Humor again

I’ve been recently talking about humor (here and here), and that means that I’ve been thinking about it a lot too.

On the face of it, I find humor completely incredible, like the ability to talk, or to reason, or even to be conscious of our own thoughts, all of which cannot be satisfactorily explained yet by science.

So, I tried to gather some data points for ways that humor works and its distinctive characteristics. My conclusion is that humor is broad ranging and deep phenomenon. First, some humor is exaggerative or absurd, but then there’s humor that’s “funny because it’s true,” and some jokes are universal, like slapstick humor, and some is confined to a group because its an inside joke. Some psychologists classify all humor as a type of aggressiveness or reinforcement of social hierarchies (the boss gets to tell jokes at the meeting, but other people don’t. Also, in general women tell far less jokes.), but then there’s self-deprecating humor which people use to put others at ease. Also, humor can be self-referential, by which I mean that we can find it funny that someone finds something else funny. We laughingly say, “why do you think that’s funny?” Also, laughter is contagious and if we’re in a group of laughers, we’ll often go along with, even if we don’t know the joke. We’re mostly happy when we laugh, but we can laugh out of sadness, and sometimes even out of frustration or anger.

But most interesting of all to me though, is that humor can sometimes defy conceptual or linguistic representation. Someone can understand all the words or concepts in a joke but still not find it funny, and further explanation never helps (a joke explained is a joke destroyed). When someone doesn’t laugh at a joke they understand, they don’t “get it,” but what is it that they don’t get? It can’t be something representable in words, because they understood all those. What they don’t get I think is a type of appearance or perception that is specific to a way of life. For example, you may not get lawyer jokes until you’ve been a lawyer. This isn’t hard and fast rule, but my own point is that you have to have a life that in some way interacts with certain values to find certain things funny. That’s why different people find different jokes funny, because they live different lives.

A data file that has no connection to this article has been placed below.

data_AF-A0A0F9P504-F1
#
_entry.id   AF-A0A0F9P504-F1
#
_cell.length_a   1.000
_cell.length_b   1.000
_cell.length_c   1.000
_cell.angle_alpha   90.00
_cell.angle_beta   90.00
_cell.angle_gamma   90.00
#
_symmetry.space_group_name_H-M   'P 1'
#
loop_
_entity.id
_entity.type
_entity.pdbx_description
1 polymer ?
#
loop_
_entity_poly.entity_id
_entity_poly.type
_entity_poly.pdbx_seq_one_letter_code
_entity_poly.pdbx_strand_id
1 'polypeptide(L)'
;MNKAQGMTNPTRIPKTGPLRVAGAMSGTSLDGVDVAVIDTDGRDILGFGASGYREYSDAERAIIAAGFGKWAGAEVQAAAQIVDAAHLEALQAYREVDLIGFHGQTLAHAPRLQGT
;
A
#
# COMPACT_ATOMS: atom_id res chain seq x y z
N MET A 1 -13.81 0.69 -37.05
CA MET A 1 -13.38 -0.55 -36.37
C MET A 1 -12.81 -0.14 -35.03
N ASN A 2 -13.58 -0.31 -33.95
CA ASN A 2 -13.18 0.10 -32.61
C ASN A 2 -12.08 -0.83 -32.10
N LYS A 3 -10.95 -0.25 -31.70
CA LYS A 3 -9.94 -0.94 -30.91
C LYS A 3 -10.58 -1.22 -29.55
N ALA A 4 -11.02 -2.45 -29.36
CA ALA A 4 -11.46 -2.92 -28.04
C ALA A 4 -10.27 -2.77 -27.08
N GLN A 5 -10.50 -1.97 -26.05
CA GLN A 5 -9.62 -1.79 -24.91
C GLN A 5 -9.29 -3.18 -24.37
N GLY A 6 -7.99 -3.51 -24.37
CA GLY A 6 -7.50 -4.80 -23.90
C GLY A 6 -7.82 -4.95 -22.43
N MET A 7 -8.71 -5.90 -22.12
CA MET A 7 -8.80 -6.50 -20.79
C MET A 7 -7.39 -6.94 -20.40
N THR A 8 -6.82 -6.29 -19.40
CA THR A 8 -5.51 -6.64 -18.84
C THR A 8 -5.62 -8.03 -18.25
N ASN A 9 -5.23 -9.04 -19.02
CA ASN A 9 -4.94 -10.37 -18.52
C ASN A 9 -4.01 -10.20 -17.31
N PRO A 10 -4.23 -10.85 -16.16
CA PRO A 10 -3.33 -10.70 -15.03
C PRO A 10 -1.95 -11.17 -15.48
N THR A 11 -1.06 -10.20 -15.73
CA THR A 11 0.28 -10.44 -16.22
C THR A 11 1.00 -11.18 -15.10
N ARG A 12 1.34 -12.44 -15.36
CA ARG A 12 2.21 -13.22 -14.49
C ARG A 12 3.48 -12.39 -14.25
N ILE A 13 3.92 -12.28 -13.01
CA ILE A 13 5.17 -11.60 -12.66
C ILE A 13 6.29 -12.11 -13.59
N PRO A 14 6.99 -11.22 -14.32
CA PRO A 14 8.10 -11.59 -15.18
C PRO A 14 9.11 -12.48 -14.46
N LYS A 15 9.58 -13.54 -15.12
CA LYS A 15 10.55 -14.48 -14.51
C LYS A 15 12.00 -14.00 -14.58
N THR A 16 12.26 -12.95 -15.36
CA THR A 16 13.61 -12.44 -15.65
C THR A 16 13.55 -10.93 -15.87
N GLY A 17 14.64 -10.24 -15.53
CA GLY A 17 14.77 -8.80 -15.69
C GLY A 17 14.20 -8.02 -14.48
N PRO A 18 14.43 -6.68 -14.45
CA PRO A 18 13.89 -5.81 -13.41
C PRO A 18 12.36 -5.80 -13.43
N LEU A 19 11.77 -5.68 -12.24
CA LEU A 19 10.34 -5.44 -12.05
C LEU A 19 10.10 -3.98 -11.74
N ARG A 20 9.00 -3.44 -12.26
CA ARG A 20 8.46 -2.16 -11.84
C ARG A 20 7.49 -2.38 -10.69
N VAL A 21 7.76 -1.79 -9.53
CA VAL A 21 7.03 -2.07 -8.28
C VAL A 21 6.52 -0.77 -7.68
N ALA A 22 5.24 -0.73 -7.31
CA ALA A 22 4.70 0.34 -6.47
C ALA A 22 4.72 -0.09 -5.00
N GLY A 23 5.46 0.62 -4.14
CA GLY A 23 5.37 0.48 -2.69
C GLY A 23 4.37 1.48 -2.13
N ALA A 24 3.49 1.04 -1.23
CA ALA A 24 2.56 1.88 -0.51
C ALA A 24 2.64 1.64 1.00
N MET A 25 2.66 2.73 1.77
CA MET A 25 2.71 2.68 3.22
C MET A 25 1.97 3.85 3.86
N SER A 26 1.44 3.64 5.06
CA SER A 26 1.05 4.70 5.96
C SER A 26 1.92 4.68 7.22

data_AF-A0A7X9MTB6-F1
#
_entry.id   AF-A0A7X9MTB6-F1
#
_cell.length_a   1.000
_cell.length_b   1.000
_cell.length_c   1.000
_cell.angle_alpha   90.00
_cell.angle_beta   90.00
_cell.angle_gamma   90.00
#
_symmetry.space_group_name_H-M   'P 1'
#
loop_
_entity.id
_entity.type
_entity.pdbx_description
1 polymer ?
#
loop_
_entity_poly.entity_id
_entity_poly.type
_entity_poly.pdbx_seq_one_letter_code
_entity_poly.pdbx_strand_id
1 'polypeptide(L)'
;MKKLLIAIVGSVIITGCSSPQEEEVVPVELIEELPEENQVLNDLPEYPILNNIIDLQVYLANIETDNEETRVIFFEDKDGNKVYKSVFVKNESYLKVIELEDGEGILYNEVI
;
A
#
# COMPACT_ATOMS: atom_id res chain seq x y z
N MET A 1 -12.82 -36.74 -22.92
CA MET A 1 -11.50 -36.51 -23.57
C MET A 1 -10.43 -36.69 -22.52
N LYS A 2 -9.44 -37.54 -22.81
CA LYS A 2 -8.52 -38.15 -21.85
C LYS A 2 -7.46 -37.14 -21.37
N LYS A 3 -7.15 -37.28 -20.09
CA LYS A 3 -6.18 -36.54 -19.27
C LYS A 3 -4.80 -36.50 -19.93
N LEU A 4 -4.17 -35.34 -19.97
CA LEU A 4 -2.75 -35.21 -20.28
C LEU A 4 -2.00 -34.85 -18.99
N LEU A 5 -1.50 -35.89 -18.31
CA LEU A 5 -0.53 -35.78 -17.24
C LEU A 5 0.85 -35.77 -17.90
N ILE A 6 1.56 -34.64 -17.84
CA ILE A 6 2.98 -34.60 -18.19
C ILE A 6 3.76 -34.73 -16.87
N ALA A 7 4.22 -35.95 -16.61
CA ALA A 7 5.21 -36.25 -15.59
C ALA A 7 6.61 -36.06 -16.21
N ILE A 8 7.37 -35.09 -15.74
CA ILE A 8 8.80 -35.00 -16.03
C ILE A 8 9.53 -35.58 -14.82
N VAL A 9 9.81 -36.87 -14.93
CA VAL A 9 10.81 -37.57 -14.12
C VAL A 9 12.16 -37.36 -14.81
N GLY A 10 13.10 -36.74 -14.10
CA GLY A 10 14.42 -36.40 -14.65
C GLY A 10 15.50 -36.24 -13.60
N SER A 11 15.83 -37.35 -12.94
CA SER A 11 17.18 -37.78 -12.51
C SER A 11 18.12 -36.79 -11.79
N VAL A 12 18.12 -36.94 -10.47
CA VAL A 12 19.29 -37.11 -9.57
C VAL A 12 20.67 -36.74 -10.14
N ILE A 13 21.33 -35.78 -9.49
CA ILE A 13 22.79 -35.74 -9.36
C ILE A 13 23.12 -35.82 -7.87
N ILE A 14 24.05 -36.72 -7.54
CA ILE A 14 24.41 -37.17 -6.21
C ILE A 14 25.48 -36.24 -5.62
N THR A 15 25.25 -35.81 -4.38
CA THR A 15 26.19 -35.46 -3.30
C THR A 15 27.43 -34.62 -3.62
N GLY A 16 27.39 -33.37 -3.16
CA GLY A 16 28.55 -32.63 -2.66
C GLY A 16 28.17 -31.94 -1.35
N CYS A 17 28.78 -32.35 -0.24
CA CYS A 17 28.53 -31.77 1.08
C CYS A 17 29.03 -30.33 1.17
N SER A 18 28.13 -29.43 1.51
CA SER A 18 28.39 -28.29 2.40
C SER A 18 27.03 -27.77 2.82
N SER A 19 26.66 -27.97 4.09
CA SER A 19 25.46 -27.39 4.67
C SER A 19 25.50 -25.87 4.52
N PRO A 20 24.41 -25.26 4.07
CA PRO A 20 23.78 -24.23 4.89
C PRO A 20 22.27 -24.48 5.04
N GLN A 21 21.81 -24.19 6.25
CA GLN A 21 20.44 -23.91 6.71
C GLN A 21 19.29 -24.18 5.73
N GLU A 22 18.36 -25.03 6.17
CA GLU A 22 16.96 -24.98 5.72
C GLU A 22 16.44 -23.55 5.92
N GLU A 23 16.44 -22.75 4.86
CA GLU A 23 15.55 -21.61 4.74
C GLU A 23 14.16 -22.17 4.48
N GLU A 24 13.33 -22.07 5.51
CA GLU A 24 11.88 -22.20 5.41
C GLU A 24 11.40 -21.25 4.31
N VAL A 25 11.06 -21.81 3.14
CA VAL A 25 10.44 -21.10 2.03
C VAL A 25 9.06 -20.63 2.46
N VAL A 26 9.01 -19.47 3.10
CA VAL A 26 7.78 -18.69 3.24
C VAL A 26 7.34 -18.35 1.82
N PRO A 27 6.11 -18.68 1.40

Some people who’ve endured a lot of pain like sarcastic or dark humor — they “get it” in a very special and revealing way. And so humor performs a very special, and I’ll say it, magical, function. It allows us to speak to each other in unique or non-universal ways. When you understand someone’s sense of humor, you know how to tap into their way of life directly, through intuitions of humor, rather than conceptual representations of words. I can tell anyone who speaks english that the cat is on the mat, but I may only get certain people to laugh at certain jokes. This special and unique world perspective is known as a “sense of humor” and as we know, it varies from person to person. Friends share a special bond, and part of that bond is making each other laugh, and this is no surprise, because if my theory is right so far, friends share a certain type of life that is not accessible to others in the same way.

We say things like “only he can understand me” and this is on a par with the lover who, with a wide-eyed grin, says “she makes me laugh.”


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